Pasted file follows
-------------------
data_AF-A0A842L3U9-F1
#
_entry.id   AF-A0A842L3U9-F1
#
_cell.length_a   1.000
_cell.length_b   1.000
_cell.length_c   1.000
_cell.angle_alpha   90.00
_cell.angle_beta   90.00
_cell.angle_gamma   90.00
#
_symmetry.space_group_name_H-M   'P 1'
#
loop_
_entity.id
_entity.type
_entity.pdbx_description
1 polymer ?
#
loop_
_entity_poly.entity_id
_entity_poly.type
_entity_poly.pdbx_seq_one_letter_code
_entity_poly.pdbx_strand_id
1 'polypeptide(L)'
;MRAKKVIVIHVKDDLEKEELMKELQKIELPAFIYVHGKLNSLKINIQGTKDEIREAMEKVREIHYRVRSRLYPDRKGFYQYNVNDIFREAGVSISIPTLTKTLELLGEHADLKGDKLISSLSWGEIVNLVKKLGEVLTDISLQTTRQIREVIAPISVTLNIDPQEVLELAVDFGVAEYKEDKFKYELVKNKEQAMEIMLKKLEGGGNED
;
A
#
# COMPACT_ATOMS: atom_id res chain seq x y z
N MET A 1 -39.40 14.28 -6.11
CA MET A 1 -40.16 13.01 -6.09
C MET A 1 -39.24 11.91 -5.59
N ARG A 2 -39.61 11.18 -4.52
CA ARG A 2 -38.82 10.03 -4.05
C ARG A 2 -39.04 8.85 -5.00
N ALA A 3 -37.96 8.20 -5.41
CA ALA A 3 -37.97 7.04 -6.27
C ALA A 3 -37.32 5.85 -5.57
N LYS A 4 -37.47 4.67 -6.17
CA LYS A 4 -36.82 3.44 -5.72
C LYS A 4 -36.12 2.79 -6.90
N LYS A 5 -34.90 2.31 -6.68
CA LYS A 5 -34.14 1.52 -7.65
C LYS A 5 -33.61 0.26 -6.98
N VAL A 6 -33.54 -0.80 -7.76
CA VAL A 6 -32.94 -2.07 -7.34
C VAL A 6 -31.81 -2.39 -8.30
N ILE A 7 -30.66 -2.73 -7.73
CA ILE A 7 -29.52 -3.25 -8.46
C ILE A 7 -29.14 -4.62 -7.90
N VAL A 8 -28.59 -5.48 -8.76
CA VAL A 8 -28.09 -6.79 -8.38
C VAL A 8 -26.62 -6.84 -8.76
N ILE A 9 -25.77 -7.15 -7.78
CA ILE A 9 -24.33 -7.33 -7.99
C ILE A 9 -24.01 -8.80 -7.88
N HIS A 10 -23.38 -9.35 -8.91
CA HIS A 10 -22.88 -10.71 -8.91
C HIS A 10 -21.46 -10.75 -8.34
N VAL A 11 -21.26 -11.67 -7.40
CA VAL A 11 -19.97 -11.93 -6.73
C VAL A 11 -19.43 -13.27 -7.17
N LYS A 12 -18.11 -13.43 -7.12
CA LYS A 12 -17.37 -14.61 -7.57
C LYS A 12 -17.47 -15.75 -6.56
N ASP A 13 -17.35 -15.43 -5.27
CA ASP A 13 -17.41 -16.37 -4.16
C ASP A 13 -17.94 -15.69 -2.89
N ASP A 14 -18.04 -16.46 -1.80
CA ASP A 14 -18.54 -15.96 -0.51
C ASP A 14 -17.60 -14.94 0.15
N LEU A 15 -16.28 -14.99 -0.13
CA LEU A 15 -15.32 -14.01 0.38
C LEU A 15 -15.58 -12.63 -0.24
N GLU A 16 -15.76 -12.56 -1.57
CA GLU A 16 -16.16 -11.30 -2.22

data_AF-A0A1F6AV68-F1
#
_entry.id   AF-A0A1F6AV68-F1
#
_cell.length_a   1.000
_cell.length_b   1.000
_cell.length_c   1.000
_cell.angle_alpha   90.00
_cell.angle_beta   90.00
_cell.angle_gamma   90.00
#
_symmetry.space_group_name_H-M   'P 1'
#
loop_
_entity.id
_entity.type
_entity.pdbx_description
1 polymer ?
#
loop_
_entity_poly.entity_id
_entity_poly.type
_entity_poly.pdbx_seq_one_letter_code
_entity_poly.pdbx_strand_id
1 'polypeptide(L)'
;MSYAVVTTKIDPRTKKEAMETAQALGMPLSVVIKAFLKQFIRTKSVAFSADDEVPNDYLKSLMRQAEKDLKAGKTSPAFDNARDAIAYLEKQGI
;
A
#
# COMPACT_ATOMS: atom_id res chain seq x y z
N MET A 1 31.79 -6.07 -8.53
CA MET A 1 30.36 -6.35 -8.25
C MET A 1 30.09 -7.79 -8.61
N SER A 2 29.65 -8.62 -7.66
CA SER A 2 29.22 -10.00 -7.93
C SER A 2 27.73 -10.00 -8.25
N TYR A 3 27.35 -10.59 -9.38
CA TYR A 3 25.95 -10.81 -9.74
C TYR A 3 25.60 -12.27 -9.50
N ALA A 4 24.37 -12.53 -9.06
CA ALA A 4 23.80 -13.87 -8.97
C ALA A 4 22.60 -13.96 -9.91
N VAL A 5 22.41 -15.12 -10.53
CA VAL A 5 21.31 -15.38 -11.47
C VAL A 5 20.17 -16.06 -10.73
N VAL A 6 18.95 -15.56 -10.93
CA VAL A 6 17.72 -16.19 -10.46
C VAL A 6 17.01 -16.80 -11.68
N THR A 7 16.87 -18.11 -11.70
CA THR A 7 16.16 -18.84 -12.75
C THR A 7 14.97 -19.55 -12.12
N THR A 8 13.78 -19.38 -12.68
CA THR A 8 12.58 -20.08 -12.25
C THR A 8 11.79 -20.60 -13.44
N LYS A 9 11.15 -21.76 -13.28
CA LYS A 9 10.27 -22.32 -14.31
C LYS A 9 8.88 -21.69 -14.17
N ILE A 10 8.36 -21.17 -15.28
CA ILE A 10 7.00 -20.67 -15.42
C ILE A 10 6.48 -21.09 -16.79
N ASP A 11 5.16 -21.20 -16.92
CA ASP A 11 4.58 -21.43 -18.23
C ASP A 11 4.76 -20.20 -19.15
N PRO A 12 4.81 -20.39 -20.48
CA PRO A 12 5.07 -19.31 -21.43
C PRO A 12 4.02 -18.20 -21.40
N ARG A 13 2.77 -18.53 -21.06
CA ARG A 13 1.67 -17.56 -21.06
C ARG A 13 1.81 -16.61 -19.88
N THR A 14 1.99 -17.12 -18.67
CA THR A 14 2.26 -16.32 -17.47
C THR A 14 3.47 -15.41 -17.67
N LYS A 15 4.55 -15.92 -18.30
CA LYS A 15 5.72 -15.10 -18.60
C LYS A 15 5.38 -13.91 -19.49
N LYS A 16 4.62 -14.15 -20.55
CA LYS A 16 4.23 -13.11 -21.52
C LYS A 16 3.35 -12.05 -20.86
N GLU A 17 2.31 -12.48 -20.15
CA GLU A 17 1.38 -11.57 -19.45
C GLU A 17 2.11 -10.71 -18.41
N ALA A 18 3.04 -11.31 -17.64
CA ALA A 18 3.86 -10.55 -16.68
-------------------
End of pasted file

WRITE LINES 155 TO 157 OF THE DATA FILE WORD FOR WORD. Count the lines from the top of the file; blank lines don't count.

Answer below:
C LYS A 16 3.35 -12.05 -20.86
N GLU A 17 2.31 -12.48 -20.15
CA GLU A 17 1.38 -11.57 -19.45